I rarely write anything “sweet.” Sure, there’s always a hint of romance in my work (even in the twisted stuff), but it’s rare that I write traditional romance. I finally did for the new romance anthology from Crave Publishing.
About Craving: Country: “There’s something about a country boy that makes us hot for denim jeans and leather hats. They’re mysterious, intriguing, confident, and demand our attention in everything they do. Then there’s the fierce loyalty you see in their eyes that makes you think of tangled sheets and sinful deeds. So pull on those jeans, roll up your sleeves, and grab your boots. Things are about to get dirty.”
In “Must Love Grapes,” California wine saleswoman Emily travels to the small town of Geneva, Ohio (right near where I live), to test out the famed Tuppence Estate wine cellars. She never expects to be so seriously attracted to grumpy grape farmer Shelby Tuppence, especially since she just broke up with her boss. But, well, sparks fly … or corks pop … or … you get it.
“Must Love Grapes”
By Sara Dobie Bauer
By the time it occurred to Emily that she should maybe slow down, it was too late. At wine tastings, she always made it a practice to spit, which probably explained her level of inebriation upon her return to the estate. Over the course of the late morning and early afternoon, she’d spit nothing but venom toward Todd.
Janis declared she would be taking a nap before starting dinner preparations, but Emily made her way to the kitchen. The way was slow, considering there appeared to be two of everything—Shelby Tuppence included.
“Oh.” She stood in the kitchen doorframe, hands on either side for balance, and frowned at the man in front of her. “You. Fantastic. Do you have any cheese and crackers?”
He stared at her from his seat at the butcher-block kitchen island. “What happened to you?”
“The Jamboree.” She moved her hand in a circle and made a clicking sound with her tongue. “I don’t think Ohio wines are that bad, but maybe the high residu … resid … that’s a hard word. Res-i-du-al sugar was high, so maybe it’s in my brain.”
He laughed once, quickly, before covering his mouth with his hand.
“You have a nice mouth.” She stepped over the threshold. “Too bad you’re mean.”
She wasn’t so drunk that she missed the sad look on his face. He pushed the bar stool out from behind him and stood, moving quickly for the fridge. “What kind of cheese do you like?”
“Did Janis drive you into Geneva?”
“Where is she?”
“Sleeping. She needed a nap. But I …” She pointed to herself. “Needed cheese and crackers. Did you know wine and cheese go well together?”
“I did.” He stood there, frozen, a block of what looked like white cheddar in his hand. “I’m sorry about yesterday, but I’m not mean. I’m just not very good with people.”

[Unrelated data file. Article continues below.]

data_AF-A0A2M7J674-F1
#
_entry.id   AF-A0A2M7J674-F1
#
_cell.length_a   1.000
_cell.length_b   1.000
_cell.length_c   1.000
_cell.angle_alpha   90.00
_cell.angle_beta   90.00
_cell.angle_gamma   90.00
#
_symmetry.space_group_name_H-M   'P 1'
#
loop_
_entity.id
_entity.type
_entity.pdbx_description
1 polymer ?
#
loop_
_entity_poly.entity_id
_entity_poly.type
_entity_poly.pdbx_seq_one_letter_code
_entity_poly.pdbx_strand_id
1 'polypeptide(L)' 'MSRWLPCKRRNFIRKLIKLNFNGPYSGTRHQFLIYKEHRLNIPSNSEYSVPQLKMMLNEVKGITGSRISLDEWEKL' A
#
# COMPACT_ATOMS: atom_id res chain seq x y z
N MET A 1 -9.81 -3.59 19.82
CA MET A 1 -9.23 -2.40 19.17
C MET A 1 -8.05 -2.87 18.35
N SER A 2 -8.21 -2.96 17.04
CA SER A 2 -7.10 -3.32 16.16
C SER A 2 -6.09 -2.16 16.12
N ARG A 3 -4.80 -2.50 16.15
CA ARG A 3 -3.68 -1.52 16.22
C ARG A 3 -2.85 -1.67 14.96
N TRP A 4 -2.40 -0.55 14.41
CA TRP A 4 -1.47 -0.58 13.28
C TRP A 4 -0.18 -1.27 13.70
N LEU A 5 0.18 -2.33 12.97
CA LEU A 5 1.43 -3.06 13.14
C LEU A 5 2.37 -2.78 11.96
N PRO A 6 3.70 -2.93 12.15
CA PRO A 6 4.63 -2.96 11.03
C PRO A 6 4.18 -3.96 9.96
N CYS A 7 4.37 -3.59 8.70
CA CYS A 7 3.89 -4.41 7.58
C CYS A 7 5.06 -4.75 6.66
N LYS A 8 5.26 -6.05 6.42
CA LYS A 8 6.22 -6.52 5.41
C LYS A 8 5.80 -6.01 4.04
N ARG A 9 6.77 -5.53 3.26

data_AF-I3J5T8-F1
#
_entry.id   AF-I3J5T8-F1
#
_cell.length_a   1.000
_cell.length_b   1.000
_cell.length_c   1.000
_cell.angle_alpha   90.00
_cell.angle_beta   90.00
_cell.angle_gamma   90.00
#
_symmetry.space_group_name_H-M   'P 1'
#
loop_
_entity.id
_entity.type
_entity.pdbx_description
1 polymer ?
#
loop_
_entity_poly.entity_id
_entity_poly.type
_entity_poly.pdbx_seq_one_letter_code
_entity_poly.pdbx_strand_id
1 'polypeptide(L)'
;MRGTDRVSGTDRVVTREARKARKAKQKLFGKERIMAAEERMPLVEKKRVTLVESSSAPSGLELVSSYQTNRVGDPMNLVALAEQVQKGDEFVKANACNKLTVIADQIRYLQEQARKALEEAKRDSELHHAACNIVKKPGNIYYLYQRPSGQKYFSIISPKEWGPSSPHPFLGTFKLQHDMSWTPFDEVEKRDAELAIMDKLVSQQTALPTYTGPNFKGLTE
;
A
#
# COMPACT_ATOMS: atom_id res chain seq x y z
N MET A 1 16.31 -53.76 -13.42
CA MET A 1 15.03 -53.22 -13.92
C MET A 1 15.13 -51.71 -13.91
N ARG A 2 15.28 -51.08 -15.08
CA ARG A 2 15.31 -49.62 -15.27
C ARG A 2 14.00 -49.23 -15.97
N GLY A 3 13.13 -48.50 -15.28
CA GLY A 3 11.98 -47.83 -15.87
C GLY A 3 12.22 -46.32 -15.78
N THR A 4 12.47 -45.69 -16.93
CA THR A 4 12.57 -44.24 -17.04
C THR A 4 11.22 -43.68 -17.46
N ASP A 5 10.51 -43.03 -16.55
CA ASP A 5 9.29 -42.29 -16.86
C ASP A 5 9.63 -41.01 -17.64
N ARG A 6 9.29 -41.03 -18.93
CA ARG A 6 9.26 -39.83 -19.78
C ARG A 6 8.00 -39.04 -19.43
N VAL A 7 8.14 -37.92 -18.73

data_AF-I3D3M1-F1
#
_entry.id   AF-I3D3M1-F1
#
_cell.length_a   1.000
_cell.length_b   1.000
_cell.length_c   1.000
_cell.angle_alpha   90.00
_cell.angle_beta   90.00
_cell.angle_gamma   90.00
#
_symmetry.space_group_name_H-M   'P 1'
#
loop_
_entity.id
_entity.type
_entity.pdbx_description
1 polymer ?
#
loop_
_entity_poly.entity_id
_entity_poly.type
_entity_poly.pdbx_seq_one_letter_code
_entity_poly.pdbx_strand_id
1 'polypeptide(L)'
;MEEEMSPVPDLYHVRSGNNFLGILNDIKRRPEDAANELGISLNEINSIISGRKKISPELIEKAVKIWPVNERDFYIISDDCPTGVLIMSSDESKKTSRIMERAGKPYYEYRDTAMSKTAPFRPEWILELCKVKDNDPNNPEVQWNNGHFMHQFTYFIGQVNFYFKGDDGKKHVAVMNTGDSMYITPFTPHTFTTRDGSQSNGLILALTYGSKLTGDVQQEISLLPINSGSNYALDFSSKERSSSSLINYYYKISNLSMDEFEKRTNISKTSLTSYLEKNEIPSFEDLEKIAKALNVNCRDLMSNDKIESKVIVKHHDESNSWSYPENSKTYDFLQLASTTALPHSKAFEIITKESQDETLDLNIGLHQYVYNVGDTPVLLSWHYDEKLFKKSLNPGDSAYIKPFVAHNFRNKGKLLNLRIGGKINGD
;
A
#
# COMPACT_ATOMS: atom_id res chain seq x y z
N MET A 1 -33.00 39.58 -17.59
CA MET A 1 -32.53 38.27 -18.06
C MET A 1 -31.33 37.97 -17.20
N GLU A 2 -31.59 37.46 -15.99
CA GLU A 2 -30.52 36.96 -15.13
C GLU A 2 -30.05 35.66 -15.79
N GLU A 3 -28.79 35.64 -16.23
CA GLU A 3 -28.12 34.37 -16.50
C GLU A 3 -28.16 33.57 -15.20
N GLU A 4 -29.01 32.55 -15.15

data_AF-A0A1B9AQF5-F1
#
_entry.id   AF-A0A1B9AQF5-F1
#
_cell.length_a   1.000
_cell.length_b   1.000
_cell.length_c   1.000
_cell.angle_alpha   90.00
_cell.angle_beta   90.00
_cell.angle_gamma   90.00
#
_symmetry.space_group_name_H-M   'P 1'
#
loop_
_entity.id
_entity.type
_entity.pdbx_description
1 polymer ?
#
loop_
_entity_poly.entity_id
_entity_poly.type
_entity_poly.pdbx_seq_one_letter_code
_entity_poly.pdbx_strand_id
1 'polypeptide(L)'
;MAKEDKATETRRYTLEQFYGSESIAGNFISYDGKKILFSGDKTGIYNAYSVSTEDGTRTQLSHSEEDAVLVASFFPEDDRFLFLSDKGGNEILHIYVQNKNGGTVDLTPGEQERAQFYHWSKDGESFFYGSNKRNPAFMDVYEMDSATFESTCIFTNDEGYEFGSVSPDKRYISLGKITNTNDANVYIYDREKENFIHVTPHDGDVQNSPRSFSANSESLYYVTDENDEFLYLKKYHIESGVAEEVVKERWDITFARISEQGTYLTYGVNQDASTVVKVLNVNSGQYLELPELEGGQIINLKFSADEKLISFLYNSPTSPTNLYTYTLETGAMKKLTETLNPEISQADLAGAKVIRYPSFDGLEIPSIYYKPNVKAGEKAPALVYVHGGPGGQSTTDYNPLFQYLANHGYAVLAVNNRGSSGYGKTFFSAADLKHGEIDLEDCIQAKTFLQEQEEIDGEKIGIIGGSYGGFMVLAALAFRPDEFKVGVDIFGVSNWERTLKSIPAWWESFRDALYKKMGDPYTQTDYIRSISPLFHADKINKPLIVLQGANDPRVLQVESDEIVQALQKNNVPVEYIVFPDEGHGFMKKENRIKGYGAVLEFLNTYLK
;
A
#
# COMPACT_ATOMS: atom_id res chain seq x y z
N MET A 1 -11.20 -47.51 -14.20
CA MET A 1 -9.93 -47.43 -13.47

“No, you are good with grapes.” She nodded as if she’d just come to some until-then-unknown conclusion and watched him hurry to the pantry as he unwrapped the cheese.
Shelby looked much as he had the day before in dirt-covered jeans and another slim fitting, worn button-down—plaid, that day, in shades of light blue that should have matched his eyes but didn’t since his eyes were dark brown. It was equal parts unnerving and attractive, the way his dark eyes were in direct contrast to his light, bright hair. And her earlier drunken confession was accurate: he did have a nice mouth with a full bottom lip that would have been perfect for sucking.
In front of her, he placed a small cutting board, complete with a big block of cheese and water crackers. She grabbed the little knife from his hand and went to work while he lingered, standing, across from her.
“I usually spit, you see, which you’re supposed to do at wine tastings. This immaturity here.” She waved her hand in front of her face. “This is newbie shit, and I’m not a newbie. I’m thirty-four. Thirty-four.” She groaned and shoved some cheese and cracker into her mouth. “It’s your sister’s fault. Janis wanted to get me drunk so I would tell her all the dirty secrets about Wallace Distribution, but—”
“I don’t know that you want to be talking to me right now. Should I leave?” He took a backwards step toward the door.
“No, stay. No, you’re so cute, you have to stay.”
He grinned and turned the shade of, well, red wine.
“Oh, you smiled again. You’ve smiled twice today. That’s good.” The cheese was definitely aged and salty and perfect.
Shelby rushed toward the sink. “Water. You need water.”
“So there’s nothing really bad about Wallace Distribution, except maybe Todd.” She put her head in her hands and moaned. “Oh, my God, Todd. Todd is my ex-boyfriend. He wasn’t really my boyfriend. He’s my boss, but we were sleeping together, and I messed it up. Just like you messed up your marriage, I guess. All work and no play …”
He handed her a glass of water and blinked—a lot.
“Look at those eyelashes.” Emily sat up on her knees on the bar stool, and he hurried around the counter to steady her with his hands on her upper arms. Up close, he carried that smell again, of clean earth and yummy sweat. She grabbed his face. “You have amazing eyelashes. Look at them!”
“Ms. Seymour, I should really give you some time to sober up.”
“But I have a secret,” she said.